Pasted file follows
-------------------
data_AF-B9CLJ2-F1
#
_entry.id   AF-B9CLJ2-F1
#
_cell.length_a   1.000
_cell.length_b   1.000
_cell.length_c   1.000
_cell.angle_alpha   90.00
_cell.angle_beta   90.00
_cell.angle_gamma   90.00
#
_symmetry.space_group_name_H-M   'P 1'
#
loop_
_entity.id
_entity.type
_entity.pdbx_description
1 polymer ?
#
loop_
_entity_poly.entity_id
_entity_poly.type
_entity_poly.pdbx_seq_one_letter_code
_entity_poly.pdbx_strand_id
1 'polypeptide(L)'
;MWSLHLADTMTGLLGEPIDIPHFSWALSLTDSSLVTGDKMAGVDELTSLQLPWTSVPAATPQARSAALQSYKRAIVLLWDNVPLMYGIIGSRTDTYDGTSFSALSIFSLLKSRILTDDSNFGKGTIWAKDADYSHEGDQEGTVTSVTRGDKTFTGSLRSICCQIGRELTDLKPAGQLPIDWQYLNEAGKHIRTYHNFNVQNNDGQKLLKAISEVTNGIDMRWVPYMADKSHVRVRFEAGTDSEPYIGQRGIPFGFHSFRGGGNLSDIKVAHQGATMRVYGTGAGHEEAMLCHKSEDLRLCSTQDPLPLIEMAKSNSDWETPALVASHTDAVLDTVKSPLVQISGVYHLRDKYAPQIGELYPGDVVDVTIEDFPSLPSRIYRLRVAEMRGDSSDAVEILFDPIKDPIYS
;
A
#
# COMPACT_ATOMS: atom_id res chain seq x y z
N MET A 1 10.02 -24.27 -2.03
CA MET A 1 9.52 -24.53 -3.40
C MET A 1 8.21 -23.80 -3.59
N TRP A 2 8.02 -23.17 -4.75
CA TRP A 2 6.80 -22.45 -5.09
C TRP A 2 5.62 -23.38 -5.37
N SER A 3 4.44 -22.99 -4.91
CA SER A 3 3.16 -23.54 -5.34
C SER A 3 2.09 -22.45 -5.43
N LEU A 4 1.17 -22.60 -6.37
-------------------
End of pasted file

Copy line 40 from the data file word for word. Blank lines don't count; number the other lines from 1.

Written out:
N LEU A 4 1.17 -22.60 -6.37